Nabil Manji – McKinsey & Company Business Analyst


For the most part, securing an internship or full-time job is a relatively standardized process with several similar requisite steps regardless of the company/position you’re applying to. That said, if you only follow the “standard steps” and don’t actively try to differentiate yourself, you’re reducing your chance of success. Below is my approach that ultimately resulted in offers from McKinsey & Company and other consulting firms.

  1. Land an interview. The most important part of this is your resume. If you do your research, you’ll find that management consultancies are looking for candidates that possess superb analytical and logical reasoning capabilities, confidence in their communication, and a proven track record of academic achievement and personal impact.
  2. Start networking. I took the approach of “targeted” networking several months in advance of interviews. Find one or two people at each firm that you have something in common with and reach out to them via e-mail. Your e-mail should be short, concise, and contain the following: who you are, how you got their contact information, why you chose to contact them specifically, what you hope to learn from them, and your resume. Always include information about your background in your first e-mail so that they can learn about you.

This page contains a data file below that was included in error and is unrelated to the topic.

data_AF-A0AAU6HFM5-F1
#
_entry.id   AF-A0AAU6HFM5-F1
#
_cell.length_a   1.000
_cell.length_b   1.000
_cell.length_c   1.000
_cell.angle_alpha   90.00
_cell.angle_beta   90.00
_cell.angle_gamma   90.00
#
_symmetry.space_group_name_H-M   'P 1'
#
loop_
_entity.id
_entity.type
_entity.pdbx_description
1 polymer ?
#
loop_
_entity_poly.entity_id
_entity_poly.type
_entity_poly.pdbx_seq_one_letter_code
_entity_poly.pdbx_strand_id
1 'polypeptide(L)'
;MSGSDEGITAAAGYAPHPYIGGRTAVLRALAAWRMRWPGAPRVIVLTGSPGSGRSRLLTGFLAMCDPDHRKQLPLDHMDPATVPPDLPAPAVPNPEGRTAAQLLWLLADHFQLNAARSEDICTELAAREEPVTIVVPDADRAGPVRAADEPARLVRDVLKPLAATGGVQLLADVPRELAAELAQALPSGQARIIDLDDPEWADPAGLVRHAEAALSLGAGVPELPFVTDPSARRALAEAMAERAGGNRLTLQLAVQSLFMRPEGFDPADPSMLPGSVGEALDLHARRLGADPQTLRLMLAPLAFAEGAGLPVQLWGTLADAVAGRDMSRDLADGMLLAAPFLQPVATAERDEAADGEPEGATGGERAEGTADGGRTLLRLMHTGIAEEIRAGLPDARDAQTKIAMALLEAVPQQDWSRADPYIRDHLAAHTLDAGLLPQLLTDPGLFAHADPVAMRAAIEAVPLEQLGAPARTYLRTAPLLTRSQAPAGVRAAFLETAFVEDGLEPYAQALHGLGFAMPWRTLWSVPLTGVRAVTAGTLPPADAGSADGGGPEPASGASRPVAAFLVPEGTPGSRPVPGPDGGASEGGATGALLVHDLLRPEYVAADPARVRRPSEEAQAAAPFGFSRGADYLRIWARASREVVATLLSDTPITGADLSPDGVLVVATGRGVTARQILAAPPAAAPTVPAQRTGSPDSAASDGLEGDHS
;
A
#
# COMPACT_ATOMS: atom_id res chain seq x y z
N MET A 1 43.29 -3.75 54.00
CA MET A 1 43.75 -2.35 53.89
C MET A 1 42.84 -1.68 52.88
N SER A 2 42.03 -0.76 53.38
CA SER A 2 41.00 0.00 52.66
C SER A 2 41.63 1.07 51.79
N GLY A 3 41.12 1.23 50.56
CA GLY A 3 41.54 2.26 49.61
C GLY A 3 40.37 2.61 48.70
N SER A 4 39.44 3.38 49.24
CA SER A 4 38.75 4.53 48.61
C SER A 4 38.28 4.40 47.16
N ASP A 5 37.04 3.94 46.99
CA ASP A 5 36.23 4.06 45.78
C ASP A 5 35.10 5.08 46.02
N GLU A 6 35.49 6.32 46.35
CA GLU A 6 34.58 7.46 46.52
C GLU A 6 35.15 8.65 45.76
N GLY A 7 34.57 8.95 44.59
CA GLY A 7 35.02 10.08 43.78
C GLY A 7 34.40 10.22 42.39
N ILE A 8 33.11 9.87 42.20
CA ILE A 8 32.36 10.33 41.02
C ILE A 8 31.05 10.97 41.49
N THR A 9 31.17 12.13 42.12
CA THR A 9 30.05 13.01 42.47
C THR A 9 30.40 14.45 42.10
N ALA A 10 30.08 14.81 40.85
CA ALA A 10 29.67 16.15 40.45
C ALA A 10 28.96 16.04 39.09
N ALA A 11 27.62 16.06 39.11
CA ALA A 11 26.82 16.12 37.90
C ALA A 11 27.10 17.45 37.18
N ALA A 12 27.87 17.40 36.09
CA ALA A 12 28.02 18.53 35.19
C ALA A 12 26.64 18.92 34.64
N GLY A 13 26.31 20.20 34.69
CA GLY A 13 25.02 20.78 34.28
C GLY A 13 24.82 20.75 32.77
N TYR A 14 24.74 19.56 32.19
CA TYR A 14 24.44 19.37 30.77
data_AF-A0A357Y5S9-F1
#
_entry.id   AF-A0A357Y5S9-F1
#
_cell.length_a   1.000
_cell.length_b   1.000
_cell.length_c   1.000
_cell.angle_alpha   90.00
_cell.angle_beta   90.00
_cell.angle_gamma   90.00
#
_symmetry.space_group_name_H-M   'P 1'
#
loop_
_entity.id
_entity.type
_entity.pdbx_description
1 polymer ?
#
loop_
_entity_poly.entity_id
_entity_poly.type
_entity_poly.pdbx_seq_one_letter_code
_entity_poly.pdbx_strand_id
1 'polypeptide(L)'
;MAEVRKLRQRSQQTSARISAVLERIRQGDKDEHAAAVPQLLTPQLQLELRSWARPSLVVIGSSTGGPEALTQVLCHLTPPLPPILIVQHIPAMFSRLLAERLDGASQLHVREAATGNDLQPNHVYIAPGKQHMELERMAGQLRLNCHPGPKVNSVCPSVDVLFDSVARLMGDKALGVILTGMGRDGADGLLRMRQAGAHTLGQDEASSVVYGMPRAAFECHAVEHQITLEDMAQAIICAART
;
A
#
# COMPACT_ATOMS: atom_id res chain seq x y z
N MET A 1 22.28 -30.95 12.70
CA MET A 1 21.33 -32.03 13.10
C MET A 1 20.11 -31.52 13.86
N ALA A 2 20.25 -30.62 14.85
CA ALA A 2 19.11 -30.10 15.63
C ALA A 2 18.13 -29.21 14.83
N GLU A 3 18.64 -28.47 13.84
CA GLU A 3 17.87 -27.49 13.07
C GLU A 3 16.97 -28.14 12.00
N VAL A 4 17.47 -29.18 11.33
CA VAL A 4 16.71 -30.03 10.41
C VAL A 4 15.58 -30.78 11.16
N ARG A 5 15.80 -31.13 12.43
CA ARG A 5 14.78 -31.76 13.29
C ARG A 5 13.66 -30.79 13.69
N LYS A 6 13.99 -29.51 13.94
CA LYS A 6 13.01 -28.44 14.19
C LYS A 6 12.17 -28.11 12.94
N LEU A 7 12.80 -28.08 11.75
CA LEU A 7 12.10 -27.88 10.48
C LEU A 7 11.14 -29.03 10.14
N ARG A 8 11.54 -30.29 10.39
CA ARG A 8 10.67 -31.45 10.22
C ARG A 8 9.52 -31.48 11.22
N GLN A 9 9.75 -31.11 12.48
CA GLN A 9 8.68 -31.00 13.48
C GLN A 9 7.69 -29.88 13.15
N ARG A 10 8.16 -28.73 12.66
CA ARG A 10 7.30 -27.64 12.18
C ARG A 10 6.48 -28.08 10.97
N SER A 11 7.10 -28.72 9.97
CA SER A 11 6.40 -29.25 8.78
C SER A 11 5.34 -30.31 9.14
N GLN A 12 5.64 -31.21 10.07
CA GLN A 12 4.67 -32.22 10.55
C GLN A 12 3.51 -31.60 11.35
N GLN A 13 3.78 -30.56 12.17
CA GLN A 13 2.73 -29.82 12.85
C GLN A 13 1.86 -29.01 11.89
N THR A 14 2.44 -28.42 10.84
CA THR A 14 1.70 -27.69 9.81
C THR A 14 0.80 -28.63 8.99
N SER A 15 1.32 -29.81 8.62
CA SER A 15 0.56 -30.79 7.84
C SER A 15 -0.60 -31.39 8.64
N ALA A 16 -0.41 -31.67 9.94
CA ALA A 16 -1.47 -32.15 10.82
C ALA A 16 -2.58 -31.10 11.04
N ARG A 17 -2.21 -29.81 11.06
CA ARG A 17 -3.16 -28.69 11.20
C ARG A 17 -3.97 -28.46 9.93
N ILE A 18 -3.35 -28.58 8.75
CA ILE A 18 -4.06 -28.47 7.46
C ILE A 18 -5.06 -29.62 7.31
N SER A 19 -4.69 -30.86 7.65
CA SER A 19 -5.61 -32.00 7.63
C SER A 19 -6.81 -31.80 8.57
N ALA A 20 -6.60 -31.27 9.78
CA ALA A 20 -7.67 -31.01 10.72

3. Interview. Two major portions to the consulting interview are the behavioral and the case interview. The behavioral portion is fairly straightforward. The interviewer’s goal is to ascertain the impact you had throughout an experience, so feel free to brag a bit (in fact, this is encouraged). The second part, and usually the most challenging for candidates, is the case interview. The only way to master the skill of case interviewing is to practice, practice, and practice some more. I suggest practicing one-on-one with other candidates so that you can simulate the interview environment as closely as possible. I also suggest trying to do MBA-level cases and cases that are math intensive. By doing “harder” cases, the ones in your actual interviews will seem easier and hopefully relieve some of the pressure.

Above all, exude excitement, passion, and confidence throughout the entire process. Consulting firms are looking for people who are excited about the work they do and have a passion for problem solving. You’re going to be pushed beyond your comfort zone, so put on a smile, do your best, and maintain your composure!

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